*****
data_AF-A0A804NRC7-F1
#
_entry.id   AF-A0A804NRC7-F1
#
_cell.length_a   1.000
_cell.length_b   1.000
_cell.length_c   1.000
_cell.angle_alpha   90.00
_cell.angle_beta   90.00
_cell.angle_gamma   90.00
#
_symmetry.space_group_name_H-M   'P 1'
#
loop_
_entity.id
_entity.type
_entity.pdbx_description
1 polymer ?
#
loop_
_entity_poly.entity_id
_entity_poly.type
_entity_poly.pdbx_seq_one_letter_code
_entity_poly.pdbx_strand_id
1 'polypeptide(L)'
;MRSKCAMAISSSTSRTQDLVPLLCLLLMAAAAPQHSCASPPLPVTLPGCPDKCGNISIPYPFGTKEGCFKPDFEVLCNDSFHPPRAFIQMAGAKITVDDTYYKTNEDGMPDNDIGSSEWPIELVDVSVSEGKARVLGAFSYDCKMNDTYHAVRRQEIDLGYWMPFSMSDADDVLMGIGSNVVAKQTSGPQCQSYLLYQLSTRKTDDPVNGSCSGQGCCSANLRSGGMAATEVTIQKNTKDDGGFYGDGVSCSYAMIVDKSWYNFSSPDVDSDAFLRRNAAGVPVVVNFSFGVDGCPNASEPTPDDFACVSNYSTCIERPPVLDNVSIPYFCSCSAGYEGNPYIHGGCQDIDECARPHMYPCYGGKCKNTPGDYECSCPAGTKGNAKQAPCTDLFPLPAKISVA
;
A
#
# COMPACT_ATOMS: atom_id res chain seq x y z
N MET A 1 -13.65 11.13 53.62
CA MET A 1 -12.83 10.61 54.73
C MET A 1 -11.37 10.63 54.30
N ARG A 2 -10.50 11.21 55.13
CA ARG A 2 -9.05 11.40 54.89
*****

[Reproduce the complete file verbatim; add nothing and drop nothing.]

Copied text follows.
data_AF-A0A804NRC7-F1
#
_entry.id   AF-A0A804NRC7-F1
#
_cell.length_a   1.000
_cell.length_b   1.000
_cell.length_c   1.000
_cell.angle_alpha   90.00
_cell.angle_beta   90.00
_cell.angle_gamma   90.00
#
_symmetry.space_group_name_H-M   'P 1'
#
loop_
_entity.id
_entity.type
_entity.pdbx_description
1 polymer ?
#
loop_
_entity_poly.entity_id
_entity_poly.type
_entity_poly.pdbx_seq_one_letter_code
_entity_poly.pdbx_strand_id
1 'polypeptide(L)'
;MRSKCAMAISSSTSRTQDLVPLLCLLLMAAAAPQHSCASPPLPVTLPGCPDKCGNISIPYPFGTKEGCFKPDFEVLCNDSFHPPRAFIQMAGAKITVDDTYYKTNEDGMPDNDIGSSEWPIELVDVSVSEGKARVLGAFSYDCKMNDTYHAVRRQEIDLGYWMPFSMSDADDVLMGIGSNVVAKQTSGPQCQSYLLYQLSTRKTDDPVNGSCSGQGCCSANLRSGGMAATEVTIQKNTKDDGGFYGDGVSCSYAMIVDKSWYNFSSPDVDSDAFLRRNAAGVPVVVNFSFGVDGCPNASEPTPDDFACVSNYSTCIERPPVLDNVSIPYFCSCSAGYEGNPYIHGGCQDIDECARPHMYPCYGGKCKNTPGDYECSCPAGTKGNAKQAPCTDLFPLPAKISVA
;
A
#
# COMPACT_ATOMS: atom_id res chain seq x y z
N MET A 1 -13.65 11.13 53.62
CA MET A 1 -12.83 10.61 54.73
C MET A 1 -11.37 10.63 54.30
N ARG A 2 -10.50 11.21 55.13
CA ARG A 2 -9.05 11.40 54.89